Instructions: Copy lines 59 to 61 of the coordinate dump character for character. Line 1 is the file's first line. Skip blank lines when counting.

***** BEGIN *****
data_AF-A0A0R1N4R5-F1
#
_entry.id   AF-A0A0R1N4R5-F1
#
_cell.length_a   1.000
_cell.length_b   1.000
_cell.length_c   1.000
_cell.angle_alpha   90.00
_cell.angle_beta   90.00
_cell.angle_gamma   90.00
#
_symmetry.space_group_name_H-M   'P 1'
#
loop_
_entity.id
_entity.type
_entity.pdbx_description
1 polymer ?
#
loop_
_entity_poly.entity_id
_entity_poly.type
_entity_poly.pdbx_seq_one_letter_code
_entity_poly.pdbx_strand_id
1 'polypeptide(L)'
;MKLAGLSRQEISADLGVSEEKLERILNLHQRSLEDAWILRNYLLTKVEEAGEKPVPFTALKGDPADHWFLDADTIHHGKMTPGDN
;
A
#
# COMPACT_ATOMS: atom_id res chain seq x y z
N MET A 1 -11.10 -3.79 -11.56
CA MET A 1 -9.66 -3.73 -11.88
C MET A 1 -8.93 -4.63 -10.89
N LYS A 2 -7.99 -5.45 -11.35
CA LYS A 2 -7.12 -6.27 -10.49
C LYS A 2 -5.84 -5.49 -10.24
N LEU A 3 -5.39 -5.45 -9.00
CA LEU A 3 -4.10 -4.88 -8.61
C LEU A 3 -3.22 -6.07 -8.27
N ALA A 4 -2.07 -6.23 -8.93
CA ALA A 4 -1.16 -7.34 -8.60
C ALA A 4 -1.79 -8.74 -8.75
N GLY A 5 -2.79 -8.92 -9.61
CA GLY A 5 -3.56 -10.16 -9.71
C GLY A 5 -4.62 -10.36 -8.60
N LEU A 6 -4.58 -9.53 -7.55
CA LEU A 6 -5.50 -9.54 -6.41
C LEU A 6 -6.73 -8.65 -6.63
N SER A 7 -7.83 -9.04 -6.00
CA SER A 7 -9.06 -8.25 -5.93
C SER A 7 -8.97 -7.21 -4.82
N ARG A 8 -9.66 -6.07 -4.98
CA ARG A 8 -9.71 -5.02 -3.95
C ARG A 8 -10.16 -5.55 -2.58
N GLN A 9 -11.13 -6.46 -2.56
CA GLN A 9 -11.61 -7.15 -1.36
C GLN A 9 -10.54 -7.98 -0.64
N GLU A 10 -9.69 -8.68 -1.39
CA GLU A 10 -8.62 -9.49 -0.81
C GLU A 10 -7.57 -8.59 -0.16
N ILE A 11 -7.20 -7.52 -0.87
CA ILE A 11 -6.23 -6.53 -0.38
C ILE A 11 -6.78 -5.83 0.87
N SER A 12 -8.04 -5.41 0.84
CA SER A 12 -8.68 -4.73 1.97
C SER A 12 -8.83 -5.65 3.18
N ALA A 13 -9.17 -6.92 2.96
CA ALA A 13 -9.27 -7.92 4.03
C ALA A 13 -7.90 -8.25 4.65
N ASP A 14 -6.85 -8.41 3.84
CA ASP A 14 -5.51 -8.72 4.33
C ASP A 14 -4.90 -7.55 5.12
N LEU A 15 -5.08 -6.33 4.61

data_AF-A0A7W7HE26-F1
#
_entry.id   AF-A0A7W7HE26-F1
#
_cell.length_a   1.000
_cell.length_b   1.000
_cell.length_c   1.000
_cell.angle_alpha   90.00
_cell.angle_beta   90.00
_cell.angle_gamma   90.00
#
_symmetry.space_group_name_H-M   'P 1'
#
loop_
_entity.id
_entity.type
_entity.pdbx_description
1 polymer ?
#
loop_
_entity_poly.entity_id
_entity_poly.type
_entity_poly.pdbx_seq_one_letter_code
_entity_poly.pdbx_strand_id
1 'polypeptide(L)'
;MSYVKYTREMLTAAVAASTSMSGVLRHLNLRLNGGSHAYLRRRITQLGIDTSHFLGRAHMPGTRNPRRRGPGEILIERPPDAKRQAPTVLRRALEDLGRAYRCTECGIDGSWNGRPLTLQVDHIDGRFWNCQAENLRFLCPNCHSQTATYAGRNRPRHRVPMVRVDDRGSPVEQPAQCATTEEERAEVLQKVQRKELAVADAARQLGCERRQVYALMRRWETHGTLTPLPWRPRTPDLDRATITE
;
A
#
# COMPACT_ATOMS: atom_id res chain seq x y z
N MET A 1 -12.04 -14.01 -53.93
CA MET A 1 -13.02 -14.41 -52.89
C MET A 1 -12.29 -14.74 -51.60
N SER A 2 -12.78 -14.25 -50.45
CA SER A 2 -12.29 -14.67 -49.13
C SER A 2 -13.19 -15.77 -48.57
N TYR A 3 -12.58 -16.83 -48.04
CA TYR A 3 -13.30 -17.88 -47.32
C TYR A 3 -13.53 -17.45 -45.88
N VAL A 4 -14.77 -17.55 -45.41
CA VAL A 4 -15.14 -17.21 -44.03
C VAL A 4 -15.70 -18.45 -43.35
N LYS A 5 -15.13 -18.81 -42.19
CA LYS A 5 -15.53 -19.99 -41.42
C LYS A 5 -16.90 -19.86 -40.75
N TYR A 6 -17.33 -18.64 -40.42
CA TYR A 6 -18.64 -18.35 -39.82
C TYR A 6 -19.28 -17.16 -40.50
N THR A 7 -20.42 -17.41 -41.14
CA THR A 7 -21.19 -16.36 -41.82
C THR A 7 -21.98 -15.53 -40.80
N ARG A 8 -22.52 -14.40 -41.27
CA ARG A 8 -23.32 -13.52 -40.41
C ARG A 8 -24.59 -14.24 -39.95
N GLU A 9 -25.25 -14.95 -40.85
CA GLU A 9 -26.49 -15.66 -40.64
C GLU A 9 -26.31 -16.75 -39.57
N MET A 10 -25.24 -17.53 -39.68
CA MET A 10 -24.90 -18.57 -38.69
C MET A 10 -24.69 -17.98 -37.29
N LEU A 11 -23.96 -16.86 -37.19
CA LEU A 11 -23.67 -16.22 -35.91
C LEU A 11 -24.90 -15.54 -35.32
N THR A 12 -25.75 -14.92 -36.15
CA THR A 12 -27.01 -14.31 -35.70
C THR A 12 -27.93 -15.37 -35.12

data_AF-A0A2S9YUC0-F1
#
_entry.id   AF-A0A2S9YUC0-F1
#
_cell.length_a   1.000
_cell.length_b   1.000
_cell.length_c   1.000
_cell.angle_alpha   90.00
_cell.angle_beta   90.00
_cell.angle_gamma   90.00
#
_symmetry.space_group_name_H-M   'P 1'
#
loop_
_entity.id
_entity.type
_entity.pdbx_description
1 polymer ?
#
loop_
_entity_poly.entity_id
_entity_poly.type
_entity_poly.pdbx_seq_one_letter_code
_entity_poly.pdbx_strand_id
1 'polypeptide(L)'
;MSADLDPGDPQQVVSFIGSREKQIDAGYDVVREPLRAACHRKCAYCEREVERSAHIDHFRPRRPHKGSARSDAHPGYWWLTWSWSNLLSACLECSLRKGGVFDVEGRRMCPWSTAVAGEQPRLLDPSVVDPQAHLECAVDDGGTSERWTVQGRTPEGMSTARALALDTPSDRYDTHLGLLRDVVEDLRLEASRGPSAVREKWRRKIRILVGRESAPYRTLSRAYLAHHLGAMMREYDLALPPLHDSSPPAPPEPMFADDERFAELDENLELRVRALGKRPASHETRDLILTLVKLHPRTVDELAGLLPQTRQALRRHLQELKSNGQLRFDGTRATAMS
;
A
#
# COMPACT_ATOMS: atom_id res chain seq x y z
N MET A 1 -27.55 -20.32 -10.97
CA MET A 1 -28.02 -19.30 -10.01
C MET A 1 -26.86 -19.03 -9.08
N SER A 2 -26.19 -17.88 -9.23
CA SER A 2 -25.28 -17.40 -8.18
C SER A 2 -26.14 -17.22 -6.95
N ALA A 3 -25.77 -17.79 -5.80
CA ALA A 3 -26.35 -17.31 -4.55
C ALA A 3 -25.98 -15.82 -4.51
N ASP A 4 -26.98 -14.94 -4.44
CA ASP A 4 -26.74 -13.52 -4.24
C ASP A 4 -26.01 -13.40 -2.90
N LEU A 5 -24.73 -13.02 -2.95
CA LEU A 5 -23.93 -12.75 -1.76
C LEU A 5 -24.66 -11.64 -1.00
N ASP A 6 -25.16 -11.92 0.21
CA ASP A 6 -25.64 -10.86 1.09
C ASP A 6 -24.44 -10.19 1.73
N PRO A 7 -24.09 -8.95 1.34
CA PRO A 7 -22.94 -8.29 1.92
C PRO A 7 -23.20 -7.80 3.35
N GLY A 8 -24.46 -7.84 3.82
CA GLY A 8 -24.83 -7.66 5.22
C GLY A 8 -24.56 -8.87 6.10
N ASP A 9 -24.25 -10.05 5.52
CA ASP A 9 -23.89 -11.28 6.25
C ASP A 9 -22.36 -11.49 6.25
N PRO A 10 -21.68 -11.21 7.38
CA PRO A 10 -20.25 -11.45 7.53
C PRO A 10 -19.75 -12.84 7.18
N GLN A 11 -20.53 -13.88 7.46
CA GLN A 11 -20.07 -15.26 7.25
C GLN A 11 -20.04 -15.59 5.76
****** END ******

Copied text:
CA GLU A 10 -8.62 -9.49 -0.81
C GLU A 10 -7.57 -8.59 -0.16
N ILE A 11 -7.20 -7.52 -0.87